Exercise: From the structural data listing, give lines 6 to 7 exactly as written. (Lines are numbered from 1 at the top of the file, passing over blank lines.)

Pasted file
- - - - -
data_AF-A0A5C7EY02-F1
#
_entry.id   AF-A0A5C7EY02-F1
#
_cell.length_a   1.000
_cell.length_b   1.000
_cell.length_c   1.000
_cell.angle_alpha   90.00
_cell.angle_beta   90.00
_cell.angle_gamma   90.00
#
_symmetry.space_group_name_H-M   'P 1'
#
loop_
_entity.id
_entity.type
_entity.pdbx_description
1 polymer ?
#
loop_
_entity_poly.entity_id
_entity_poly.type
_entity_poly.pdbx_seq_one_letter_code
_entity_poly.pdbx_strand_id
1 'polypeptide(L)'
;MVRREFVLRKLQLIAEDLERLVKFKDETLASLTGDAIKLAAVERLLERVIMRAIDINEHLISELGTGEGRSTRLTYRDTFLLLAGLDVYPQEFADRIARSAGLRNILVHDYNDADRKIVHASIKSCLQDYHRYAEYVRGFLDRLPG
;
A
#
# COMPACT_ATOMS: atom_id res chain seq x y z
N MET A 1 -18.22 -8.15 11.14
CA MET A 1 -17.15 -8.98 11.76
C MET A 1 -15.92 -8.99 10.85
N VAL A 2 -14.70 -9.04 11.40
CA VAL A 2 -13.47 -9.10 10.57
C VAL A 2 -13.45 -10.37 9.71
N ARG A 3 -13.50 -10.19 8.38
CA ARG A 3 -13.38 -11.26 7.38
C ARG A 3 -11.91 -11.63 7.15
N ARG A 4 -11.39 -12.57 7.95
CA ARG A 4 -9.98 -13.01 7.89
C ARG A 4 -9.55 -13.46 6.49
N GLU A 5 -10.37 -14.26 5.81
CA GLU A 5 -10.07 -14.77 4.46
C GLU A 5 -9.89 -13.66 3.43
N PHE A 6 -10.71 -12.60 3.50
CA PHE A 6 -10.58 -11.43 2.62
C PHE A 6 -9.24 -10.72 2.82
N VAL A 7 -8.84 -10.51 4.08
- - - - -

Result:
_cell.length_b   1.000
_cell.length_c   1.000